For example, when we feel satiated we overestimate our ability to resist that chocolate cake. In the same way, when we go into a “hot state” of lack, such as hunger, it is difficult for us to understand how that visceral impulse determines our behavior and can make, for example, that we go into a bad mood and argue with someone.
Loewenstein explains that we have a restricted memory for the visceral experience, which means that we can remember the impulsive state, but we are not able to recreate the sensation of the impulsive state, which causes us to make the same mistake over and over again, thus falling into the illusion of self-control.
Not being able to anticipate how we can react to visceral impulses, thinking that we can control them as if we were in a state of perfect emotional balance, plunges us into a kind of mental blindness. It also prevents us from preparing for the future temptations and obstacles that will inevitably arise. And by not being able to avoid those distractions, we fall more easily into their networks.
How to escape the illusion of self-control?
To maintain good habits and avoid obstacles successfully, we need a strategy, preferably a strategy that foresees that we will not always be able to maintain self-control.
A good starting point begins with an exercise of introspection. It is about knowing ourselves better to detect those states that make us lose our calm and lead us to make bad decisions. The result might surprise us. There will be people who make worse decisions out of anger, others out of sadness or frustration. Some will be more affected by hunger and others by lack of sleep.
Knowing our “hot states” is the first step that will allow us to activate our “internal alarm” when we are in these types of situations, so we are aware that we are in greater danger of making impulsive decisions that we later regret.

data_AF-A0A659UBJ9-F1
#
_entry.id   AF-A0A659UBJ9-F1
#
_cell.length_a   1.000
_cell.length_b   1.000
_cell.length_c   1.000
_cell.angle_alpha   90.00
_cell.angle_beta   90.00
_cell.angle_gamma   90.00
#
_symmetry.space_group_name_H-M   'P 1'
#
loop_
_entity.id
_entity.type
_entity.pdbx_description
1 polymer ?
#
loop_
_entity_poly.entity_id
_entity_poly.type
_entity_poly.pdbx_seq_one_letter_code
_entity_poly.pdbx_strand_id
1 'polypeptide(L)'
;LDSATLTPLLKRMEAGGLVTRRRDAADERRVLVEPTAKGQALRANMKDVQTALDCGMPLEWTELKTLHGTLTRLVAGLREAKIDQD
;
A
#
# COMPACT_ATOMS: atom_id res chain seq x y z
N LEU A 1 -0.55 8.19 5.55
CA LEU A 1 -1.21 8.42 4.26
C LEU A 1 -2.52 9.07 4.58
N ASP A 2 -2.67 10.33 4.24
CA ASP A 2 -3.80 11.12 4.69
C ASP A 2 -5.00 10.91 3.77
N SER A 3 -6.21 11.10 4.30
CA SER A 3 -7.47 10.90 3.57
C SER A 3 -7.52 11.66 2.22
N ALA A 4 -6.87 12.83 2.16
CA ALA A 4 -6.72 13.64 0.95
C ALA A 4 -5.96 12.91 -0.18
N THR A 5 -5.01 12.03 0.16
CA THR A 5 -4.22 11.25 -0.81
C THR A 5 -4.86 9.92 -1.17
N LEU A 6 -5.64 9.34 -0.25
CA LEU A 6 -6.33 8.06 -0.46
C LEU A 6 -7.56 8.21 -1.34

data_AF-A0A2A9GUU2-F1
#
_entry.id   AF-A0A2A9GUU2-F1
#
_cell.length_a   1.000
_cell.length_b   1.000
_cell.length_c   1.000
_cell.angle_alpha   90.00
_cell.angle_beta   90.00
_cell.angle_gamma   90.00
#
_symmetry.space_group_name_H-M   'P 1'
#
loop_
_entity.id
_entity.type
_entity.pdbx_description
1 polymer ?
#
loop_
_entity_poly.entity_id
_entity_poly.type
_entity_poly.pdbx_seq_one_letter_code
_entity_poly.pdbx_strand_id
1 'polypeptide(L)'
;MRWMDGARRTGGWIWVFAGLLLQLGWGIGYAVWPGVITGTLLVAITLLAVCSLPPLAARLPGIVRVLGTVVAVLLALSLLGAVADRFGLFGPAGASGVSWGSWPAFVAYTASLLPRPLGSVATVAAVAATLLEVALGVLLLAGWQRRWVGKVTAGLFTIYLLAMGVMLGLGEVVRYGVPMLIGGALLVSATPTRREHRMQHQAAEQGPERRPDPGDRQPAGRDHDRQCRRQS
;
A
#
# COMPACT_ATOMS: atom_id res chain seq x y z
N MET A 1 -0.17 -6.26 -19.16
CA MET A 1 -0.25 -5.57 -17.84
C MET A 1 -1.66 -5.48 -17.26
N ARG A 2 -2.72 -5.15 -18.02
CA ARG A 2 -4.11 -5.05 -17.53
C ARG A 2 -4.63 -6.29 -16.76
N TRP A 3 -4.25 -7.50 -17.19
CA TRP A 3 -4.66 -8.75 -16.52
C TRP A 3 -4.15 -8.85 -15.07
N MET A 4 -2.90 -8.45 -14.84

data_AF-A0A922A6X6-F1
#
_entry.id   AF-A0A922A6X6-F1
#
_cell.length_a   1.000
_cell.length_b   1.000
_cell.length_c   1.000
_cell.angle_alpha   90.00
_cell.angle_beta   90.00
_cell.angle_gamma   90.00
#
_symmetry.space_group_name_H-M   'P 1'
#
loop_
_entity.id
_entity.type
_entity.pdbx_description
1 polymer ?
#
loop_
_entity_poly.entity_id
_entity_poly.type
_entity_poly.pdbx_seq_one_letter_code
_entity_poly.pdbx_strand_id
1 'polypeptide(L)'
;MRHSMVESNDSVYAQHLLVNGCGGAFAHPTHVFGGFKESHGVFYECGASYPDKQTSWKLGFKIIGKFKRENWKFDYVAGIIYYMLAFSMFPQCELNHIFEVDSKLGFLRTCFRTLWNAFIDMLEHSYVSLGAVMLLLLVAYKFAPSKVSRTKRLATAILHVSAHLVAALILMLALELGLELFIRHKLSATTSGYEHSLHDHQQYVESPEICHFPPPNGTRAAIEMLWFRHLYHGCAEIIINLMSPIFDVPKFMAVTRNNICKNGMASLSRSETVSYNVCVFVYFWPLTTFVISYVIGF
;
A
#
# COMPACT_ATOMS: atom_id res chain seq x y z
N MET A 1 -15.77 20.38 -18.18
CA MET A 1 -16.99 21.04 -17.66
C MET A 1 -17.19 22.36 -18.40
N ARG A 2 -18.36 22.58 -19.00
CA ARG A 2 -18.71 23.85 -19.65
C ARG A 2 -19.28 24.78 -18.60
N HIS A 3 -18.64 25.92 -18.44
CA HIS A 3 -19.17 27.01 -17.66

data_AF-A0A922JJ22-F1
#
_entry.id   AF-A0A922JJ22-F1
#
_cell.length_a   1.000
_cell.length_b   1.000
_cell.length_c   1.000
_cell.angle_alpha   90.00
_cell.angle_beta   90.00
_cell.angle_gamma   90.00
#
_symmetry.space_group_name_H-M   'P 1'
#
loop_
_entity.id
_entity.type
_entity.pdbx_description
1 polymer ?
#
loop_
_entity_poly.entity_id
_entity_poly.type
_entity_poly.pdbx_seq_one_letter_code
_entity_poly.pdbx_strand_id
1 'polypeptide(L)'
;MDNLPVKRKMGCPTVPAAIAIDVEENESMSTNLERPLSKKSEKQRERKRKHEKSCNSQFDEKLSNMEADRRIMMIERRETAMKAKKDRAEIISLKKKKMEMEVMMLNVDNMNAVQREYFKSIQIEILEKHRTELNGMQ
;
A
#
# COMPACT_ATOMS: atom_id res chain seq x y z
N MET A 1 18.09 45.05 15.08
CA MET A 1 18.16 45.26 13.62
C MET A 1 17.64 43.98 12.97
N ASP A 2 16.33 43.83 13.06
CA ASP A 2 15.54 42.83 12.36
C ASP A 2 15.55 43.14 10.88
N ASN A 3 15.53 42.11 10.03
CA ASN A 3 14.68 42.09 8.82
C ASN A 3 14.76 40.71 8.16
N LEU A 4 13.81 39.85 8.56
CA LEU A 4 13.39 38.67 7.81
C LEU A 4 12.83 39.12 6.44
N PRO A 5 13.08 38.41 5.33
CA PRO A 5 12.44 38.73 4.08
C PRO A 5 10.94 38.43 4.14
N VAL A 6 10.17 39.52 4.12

After all, attention has a lot to do with impulse control. The less attention we pay to something, the less control we have over what we are doing. Therefore, focusing attention on oneself can improve our self-control.
The second step is to devise alternative behavior plans. It is about considering Murphy’s famous law, “If something can go wrong, it will go wrong” or preparing for the worst in the best way, as the Stoic philosophers advised.
Therefore, it is about looking for alternative plans when obstacles arise, so that we have a thoughtful behavior to which resort. For example, you can rehearse what you will say when someone offers you that piece of cake that should not be part of your diet and even go a step further thinking that you will have to reject it twice when they insist.
Last but not least, we must avoid complacency. When you’ve made progress and your self-talk tells you that you’ve developed enough self-control to expose yourself to temptation again, just ignore it and don’t let your guard down.
Nordgren, L. F. & Chou, E. Y. (2011) The Push and Pull of Temptation: The Bidirectional Influence of Temptation on Self-Control.Psychological Science; 22(11): 1386-1390.
Nordgren, L. F.; Harreveld, F. V. & Pligt, J.V.D. (2009) The Restraint Bias: How the Illusion of Self-Restraint Promotes Impulsive Behavior. Psychological Science; 20(12): 1523-1528.
Loewenstein, G. (2005). Hot-cold empathy gaps and medical decision-making. Health Psychology; 24(4): 49-56.
Gollwitzer, P.M. (1999) Implementation Intentions: Strong Effects of Simple Plans. American Psychologist; 54(7): 493–503.